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Biography of Bobbie Rosenfeld

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Bobbie Rosenfeld
Canada’s most famous female all-around athlete in the 1920s was Fanny “Bobbie” Rosenfeld. Baseball, basketball, fastball, golf, hockey,lacrosse, softball, speed skating, tennis, and track and field were some of the sports that Bobbie played and she mastered all of them (“Bobbie Rosenfeld: One of the Greatest All-Around Athletes”). The first event that put Rosenfeld in the spotlight was the 100-metre sprint that she ran, for fun, in a small track and field meet in 1923. During the meet she came first in the race, beating Rosa Grosse, the leading Canadian champion. She beat her again at another meet and made the world record for that event. In the same year she was Toronto’s tennis champion (Rosenberg). Bobbie Rosenfeld continued her career by participating in a provincial track and field competition in 1925. She placed first in discus, shot put, 220-metre dash, low hurdles and long jump. In the 100-metre dash and javelin she came second (Library and Archives Canada). By that time she was the Canadian record holder for the 440-metre relay, standing board jump, discus, javelin and shot put. Rosenfeld’s greatest achievements were in, the first Olympics that allowed women to participate in track and field events, Amsterdam in 1928. She was a member of the Matchless Six, the Canadian women’s track and field team. This team did an outstanding job in the 400-metre relay; as a result they placed first and broke the previous record, becoming national heroes. In addition to the relay Bobbie won the silver medal in the 100-metre dash. The most memorable was the 800-metre race, one that Bobbie had not trained for. During the race she could have finished in third place, however she let her teammate finish before her and as a re...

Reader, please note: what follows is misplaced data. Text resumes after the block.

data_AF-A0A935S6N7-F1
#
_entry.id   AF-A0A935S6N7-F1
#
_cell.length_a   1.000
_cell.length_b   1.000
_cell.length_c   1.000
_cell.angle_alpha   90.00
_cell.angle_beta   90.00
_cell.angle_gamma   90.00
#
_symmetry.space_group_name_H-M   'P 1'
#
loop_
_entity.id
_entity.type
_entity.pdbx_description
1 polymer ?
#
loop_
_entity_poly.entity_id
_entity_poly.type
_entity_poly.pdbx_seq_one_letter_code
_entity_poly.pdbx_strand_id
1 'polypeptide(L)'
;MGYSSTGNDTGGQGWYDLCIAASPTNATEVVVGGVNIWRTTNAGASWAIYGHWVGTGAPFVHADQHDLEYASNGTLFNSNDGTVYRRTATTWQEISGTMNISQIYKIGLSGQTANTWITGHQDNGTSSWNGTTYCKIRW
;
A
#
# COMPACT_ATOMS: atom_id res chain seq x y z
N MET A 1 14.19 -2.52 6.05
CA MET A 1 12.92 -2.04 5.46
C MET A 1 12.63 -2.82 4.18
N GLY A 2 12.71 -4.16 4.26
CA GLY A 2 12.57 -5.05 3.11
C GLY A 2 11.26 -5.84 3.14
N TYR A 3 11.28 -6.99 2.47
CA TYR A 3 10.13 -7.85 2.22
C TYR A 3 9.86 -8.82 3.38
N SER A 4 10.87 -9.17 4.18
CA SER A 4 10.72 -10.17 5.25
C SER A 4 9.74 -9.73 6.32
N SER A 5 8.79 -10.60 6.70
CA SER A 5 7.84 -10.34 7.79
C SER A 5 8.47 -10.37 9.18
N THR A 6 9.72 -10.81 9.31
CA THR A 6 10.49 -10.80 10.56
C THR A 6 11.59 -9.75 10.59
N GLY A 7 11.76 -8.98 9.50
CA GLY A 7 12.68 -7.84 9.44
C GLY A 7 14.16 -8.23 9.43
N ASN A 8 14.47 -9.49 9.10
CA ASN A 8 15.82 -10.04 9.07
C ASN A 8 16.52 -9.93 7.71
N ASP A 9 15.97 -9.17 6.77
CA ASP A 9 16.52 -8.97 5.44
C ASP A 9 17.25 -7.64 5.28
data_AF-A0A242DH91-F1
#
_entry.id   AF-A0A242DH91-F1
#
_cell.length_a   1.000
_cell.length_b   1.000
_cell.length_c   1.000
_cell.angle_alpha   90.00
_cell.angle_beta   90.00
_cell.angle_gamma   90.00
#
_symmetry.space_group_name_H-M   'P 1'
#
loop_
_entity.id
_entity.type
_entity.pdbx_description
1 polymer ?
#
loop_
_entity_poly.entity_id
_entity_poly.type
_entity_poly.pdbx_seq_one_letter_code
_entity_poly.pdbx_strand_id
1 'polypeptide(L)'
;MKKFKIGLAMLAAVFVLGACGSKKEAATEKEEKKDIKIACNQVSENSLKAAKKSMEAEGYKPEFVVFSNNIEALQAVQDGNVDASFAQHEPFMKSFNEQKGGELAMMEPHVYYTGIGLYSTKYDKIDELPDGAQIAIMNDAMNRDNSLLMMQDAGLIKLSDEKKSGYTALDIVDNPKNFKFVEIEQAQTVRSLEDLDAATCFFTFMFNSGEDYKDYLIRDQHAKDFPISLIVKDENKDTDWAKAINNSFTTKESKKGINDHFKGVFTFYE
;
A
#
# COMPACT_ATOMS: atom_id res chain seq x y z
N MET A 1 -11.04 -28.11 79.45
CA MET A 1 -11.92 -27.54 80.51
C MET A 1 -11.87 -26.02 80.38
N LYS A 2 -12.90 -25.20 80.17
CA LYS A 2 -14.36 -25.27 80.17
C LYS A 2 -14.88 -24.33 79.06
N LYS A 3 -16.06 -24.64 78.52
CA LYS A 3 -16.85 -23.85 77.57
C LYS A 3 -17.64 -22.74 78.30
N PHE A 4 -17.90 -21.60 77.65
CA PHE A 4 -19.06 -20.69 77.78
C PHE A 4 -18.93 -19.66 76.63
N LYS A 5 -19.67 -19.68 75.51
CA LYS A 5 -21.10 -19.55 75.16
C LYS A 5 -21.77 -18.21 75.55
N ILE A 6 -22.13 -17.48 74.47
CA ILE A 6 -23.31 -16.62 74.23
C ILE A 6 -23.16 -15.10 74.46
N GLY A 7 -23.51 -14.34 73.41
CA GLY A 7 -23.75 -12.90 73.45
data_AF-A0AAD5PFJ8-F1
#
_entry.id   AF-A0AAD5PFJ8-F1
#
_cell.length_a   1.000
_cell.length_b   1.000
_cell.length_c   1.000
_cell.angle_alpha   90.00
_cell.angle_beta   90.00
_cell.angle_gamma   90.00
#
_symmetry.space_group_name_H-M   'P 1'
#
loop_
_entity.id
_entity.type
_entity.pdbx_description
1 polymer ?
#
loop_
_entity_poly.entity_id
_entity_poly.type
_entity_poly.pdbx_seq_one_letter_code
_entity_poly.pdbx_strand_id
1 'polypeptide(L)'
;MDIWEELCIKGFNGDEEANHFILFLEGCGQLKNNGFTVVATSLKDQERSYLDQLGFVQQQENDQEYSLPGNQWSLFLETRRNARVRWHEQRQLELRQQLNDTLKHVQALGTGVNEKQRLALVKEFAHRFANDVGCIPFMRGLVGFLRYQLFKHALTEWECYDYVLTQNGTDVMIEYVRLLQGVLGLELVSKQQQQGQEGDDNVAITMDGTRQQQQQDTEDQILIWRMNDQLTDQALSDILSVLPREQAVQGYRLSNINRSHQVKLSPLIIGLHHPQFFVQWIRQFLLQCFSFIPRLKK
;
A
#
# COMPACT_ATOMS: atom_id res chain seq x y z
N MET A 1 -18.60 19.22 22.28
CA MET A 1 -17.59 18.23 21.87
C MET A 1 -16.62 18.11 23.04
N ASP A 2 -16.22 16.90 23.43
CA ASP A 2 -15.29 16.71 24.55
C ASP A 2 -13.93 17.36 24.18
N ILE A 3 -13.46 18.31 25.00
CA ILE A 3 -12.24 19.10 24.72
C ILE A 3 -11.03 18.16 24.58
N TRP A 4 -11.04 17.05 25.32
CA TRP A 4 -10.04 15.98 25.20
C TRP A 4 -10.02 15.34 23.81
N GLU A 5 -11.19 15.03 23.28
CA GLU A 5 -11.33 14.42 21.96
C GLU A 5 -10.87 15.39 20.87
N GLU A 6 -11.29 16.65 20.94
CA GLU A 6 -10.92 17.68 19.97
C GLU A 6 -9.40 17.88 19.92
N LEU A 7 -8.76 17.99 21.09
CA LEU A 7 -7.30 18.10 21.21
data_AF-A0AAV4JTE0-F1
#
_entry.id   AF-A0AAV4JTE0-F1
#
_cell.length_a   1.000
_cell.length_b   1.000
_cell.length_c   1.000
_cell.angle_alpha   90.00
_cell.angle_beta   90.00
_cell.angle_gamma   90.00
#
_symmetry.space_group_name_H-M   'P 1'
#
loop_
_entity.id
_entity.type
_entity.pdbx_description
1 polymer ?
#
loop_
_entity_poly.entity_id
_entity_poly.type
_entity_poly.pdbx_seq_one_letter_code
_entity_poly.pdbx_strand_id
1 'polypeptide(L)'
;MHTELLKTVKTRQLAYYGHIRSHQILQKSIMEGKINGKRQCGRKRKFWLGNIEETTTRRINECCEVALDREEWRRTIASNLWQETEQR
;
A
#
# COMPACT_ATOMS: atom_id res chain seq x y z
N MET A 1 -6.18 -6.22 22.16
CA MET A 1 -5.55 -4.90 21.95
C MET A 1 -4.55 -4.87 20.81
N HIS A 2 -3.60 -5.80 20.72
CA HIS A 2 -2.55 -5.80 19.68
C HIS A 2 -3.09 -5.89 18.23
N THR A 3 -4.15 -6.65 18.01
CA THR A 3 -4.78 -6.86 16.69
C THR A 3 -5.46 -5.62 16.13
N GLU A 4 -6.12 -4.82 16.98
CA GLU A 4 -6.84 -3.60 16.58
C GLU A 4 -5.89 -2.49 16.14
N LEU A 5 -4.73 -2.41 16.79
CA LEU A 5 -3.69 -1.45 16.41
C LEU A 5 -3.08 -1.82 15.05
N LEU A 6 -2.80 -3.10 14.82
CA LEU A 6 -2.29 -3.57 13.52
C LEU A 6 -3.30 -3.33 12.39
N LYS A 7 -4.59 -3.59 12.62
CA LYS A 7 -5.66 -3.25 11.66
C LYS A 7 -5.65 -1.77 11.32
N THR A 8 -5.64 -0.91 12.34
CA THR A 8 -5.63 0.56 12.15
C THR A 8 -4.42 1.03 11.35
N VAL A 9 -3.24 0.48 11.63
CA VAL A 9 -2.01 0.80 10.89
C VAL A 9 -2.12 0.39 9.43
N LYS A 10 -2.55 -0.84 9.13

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...is given to a female athlete every year since 1978. Rosenfeld was not only acknowledged in Canada but also in Israel where she was introduced into the International Jewish Sports Hall of Fame in 1981. Six years later she was titled one of the most important sports figures in Canadian history by the Historic Sites and Monuments Board of Canada. The Bobbie Rosenfeld Park is located in downtown Toronto, between the CN Tower and the Sky Dome. The park was built in 1991 (Rosenberg). In 1996 a stamp from Canada Post honoured the greatest all-round athlete of Canada. Lastly Rosenfeld was named a Woman of Valour for 2000 by the Jewish Women’s Archive in the United States (Library and Archives Canada). The all-round athlete, coach, sports administrator, official and journalist (Rosenberg) has significantly contributed to Canada and as a result the world has commemorated her.
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